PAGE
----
Snapped in Cornwall by Janie Bolitho is a quick, light read in the ‘cozy mystery’ category. I had high hopes that this was going to be a really good book because the start sets the scene so well, but it didn’t quite meet my expectations and tailed off towards the end. Gabrielle Milton has recently moved to Gwithian in Cornwall, whilst Dennis, her husband spends his working week in a London flat. She employs Rose Trevelyan to photograph her house for her personalised Christmas cards. Rose, a photographer and artist is a widow in her forties, still recovering from the death of her husband four years earlier. When Gabrielle invites her to a party for old friends from London and the new people she’s met in Cornwall, even though the anniversary of her husband’s death is approaching Rose decides to go.

Dennis has been having an affair with Maggie. He wants to end the relationship but she doesn’t. The Cornwall house belongs to his wife and he is in danger of losing his job – his life is at a crossroads. He’s not pleased when Maggie turns up at the party. Also at the party are Paul, their son and his fiancee, Anna.  All in all, there’s an uncomfortable atmosphere, made worse as Paul and Anna are in the middle of an argument. Rose retreats into the garden where she finds Gabrielle’s body beneath the bedroom balcony. Why would anyone want to kill her? Was it her husband or his mistress?  Maybe it was her son or his fiancée who thought they would inherit the house, or maybe  it was Eileen Penrose, a local woman who thought her husband was having an affair with Gabrielle.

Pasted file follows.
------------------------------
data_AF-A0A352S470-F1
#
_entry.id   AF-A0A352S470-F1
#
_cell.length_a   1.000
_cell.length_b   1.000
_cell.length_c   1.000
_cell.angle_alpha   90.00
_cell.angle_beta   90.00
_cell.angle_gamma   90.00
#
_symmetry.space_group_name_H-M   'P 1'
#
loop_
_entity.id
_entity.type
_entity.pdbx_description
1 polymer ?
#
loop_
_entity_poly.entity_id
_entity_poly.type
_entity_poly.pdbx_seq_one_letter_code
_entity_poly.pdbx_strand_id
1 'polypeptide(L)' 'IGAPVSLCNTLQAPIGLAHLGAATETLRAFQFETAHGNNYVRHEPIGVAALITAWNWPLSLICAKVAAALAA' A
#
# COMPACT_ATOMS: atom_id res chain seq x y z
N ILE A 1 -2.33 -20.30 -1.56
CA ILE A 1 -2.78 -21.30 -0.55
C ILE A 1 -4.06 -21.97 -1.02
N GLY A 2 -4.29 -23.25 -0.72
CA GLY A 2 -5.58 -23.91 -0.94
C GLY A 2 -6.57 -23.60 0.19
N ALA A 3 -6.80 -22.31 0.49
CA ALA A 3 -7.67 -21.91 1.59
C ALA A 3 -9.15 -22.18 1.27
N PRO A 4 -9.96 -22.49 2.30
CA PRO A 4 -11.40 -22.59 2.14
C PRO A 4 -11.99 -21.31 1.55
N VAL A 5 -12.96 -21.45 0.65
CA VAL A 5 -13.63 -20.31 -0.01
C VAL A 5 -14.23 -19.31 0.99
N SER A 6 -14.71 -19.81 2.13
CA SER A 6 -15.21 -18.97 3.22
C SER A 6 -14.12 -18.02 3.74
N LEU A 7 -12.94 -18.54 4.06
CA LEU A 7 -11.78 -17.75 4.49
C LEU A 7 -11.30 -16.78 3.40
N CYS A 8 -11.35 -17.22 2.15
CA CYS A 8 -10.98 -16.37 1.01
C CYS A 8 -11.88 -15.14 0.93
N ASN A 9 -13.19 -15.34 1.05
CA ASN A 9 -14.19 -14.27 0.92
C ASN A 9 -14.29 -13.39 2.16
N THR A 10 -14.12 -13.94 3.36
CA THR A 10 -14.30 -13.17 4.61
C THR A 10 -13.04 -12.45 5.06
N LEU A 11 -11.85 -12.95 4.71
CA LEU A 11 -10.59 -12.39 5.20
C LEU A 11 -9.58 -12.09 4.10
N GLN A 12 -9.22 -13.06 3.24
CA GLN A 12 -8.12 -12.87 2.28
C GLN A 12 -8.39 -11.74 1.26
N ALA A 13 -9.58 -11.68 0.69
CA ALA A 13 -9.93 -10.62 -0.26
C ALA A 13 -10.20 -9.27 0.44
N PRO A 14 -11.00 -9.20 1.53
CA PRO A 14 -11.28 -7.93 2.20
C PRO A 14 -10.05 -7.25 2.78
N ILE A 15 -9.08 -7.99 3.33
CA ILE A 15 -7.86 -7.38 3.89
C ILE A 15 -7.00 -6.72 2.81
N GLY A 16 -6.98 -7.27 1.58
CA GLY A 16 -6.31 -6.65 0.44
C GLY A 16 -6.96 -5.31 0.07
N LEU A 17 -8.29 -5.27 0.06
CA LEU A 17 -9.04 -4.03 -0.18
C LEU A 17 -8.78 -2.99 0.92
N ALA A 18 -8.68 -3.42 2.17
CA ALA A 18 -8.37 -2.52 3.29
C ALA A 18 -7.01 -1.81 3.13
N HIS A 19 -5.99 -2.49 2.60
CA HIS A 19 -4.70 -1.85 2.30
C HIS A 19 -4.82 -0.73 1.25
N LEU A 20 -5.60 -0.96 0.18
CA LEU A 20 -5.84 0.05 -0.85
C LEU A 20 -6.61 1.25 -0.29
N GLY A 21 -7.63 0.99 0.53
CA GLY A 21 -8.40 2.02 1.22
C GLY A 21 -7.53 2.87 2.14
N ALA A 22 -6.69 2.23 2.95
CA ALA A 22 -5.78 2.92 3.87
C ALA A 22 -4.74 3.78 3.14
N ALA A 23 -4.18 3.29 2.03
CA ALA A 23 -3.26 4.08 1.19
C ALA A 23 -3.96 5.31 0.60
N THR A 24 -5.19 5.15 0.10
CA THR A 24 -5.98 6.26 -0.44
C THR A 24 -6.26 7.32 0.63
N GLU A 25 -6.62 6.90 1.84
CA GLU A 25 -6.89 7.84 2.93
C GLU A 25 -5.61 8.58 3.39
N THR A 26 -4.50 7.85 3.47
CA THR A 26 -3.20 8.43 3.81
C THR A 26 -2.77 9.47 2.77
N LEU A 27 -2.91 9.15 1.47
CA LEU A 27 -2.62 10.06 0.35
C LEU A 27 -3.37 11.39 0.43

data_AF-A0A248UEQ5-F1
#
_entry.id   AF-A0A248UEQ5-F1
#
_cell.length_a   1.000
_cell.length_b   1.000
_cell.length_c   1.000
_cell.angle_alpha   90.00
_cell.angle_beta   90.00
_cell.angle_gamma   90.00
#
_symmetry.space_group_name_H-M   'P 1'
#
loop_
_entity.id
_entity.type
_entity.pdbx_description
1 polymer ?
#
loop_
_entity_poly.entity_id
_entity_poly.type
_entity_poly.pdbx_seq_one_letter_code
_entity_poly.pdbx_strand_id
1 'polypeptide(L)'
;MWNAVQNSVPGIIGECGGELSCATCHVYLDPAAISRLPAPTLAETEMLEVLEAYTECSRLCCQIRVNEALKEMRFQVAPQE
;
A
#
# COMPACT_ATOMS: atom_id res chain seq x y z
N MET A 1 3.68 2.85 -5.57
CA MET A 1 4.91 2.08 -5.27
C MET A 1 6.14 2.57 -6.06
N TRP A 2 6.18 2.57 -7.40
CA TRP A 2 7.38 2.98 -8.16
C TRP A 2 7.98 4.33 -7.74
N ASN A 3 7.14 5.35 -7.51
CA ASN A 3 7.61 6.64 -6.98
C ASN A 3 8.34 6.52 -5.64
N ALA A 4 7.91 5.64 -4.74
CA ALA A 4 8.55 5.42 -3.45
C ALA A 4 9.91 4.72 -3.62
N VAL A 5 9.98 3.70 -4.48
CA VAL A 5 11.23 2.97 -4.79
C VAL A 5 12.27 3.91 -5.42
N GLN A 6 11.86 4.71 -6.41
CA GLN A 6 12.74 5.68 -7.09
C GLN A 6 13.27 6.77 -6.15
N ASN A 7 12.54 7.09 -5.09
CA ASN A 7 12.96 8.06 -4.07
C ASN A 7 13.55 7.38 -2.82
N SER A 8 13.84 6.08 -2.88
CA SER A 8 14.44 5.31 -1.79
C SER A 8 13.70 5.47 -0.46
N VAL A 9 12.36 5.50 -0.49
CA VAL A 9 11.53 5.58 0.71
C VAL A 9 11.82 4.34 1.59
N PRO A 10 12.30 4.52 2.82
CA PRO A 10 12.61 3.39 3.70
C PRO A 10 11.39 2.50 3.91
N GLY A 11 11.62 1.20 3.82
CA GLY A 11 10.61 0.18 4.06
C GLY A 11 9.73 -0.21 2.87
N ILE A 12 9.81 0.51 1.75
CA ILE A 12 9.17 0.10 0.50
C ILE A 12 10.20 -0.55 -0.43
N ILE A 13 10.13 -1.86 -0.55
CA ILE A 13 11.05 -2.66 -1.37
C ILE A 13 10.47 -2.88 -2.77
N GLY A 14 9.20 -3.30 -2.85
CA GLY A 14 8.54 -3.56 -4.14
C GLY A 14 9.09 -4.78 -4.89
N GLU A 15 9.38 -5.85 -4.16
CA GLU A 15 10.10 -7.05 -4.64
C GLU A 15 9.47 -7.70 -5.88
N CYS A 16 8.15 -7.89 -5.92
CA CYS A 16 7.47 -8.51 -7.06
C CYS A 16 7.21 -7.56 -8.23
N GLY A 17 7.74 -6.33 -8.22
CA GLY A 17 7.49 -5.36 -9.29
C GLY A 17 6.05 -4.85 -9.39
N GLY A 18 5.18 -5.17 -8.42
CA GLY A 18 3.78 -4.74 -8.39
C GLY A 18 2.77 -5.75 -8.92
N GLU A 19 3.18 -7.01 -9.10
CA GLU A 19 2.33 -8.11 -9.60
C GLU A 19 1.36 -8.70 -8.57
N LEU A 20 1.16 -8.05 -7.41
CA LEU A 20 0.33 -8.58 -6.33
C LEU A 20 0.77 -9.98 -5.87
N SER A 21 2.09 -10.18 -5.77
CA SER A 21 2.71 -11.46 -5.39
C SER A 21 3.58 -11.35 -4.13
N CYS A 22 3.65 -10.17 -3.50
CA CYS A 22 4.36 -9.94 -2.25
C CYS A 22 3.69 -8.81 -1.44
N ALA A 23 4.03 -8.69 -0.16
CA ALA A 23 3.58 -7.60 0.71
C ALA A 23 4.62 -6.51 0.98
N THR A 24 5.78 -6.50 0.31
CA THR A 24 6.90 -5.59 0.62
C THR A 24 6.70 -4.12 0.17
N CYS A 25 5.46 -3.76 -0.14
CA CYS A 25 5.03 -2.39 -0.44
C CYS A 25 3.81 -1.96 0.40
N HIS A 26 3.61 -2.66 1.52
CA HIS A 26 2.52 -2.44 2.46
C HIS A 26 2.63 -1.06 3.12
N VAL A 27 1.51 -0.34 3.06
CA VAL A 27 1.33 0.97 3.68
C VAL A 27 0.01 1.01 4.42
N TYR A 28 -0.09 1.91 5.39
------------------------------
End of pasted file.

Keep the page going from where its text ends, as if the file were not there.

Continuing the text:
Rose finds herself drawn into the investigations, which brings her into contact with DI Jack Pearce. Inevitably relationships and secrets in the Milton family and the locals are gradually brought into the open, but the ending was rather predictable and straight forward. Nor was it surprising that Rose and Jack found themselves attracted to each other. Nevertheless the descriptions of Cornwall are good and it was the right book for a quick, easy read.

 This is the first book in Janie Bolitho’s series of mysteries featuring Rose Trevelyan, now published in an omnibus edition as The Cornish Novels.